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When insurers drop policies: 3 stories

By Katie Thomas and Reed Abelson

New York Times


Charles Nance, Dean Wright and Julie Tyrrell are getting dropped — forced out of their existing health insurance plans — and landing smack in the middle of the uproar over President Barack Obama's health care law.

One expects to pay more. One expects to pay less. And one is just trying to figure it all out.

Each, in a different way, represents the relatively small part of America that the Obama administration did not talk about while campaigning for the Affordable Care Act: people who have health insurance that they like, but who will be unable to keep it under the law.

Now that new insurance marketplaces are opening, insurance companies are canceling millions of individual plans that fail to meet minimum standards. The dropped plans have become the political talking point of the moment — and, according to many Republicans, a symbol of the president's flawed ambitions.

Obama says that people will be better off in the long run with more robust coverage.

Yet the individual stories add up to a more complicated tale.

Nance, who did not like the president's plan to begin with, is angry.

He and his wife recently received a notice informing them that they could no longer keep their existing plan. Their insurance company offered an alternative that would cost twice as much.

"I don't think it's fair at all," said Nance, 57, a home inspector in suburban St. Louis.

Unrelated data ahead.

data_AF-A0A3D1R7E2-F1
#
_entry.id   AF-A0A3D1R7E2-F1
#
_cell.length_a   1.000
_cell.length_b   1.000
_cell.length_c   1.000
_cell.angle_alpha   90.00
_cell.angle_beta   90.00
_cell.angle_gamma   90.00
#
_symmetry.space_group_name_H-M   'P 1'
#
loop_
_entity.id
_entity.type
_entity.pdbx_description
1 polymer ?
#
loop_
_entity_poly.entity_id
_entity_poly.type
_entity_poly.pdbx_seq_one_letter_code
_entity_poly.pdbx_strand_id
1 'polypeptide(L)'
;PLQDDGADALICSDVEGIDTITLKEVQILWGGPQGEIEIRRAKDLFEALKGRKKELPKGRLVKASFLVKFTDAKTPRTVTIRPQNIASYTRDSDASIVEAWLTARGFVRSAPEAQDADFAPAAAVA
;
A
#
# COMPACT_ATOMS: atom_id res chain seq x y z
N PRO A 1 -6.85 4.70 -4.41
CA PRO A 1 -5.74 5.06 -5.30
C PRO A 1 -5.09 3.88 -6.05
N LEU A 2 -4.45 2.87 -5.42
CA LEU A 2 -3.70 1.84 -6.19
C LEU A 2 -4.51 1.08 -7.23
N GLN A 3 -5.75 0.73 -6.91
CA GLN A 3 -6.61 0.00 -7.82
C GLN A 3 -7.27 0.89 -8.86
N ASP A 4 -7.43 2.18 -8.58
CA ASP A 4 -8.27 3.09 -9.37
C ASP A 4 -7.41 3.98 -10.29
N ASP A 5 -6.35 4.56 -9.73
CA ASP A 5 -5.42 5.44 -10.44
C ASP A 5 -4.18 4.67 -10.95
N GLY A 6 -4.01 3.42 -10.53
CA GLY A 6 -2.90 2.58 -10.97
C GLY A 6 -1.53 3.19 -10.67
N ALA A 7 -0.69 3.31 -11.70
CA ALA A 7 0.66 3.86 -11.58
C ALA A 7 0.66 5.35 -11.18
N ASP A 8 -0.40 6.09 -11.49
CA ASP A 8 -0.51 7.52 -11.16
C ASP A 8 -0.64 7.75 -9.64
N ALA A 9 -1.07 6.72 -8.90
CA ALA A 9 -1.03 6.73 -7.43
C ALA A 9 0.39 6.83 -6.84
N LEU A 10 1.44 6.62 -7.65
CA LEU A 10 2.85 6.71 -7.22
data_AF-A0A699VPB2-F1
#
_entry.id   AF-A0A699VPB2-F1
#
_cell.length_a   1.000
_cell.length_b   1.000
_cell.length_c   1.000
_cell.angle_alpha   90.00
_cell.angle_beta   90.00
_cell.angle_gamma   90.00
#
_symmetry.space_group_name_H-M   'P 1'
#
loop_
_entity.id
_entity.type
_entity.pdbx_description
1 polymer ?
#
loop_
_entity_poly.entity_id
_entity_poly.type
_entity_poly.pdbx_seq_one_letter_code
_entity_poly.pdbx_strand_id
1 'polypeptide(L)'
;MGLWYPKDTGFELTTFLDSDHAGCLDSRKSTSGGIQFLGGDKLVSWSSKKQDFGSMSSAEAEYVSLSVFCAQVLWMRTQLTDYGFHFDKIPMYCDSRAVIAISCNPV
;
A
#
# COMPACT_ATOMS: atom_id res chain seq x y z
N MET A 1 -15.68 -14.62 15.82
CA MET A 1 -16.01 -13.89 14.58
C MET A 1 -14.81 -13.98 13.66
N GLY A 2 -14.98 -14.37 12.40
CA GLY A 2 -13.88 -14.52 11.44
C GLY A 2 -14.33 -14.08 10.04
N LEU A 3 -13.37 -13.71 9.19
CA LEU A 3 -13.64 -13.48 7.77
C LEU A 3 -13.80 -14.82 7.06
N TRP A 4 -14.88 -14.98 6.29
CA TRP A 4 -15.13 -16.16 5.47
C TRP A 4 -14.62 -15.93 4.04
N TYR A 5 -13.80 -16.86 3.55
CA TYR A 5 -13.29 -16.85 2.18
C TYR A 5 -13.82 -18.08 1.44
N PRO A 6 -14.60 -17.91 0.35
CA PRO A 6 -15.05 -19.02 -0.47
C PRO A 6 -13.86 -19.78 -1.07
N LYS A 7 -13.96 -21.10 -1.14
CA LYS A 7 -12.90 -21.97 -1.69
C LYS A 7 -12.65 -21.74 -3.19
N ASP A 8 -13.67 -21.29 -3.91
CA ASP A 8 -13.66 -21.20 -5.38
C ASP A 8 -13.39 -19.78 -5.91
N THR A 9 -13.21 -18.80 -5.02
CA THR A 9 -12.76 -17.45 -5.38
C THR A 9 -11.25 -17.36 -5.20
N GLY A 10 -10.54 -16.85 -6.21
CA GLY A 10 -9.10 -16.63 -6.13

Wright received a similar notice. But to his surprise, he will pay less by going through a state insurance exchange.

"It's a pretty good deal," said Wright, 63, a retired editor who lives in Birch Bay, Wash.

He said he will save about $100 a month, although his new plan will not cover out-of-network care.

And like many, Tyrrell is still trying to navigate the new landscape. Her existing plan will be dropped next year, she said, and her insurance company is raising prices by nearly 18 percent.

But she is unsure if she qualifies for federal subsidies because she has had trouble logging on to the problem-plagued government website, HealthCare.gov.

"There's so little information now," said Tyrrell, 54, a freelance writer in Phoenix.

The Affordable Care Act was signed into law by Obama in 2010. Since then he has assured Americans: "If you like your insurance plan you will keep it. No one will be able to take that away from you. It hasn't happened yet. It won't happen in the future."

But it is happening. It is unclear how many of the estimated 10 million to 12 million people who have individual insurance plans, as opposed to the vast majority who have insurance through their employers, might see their plans discontinued.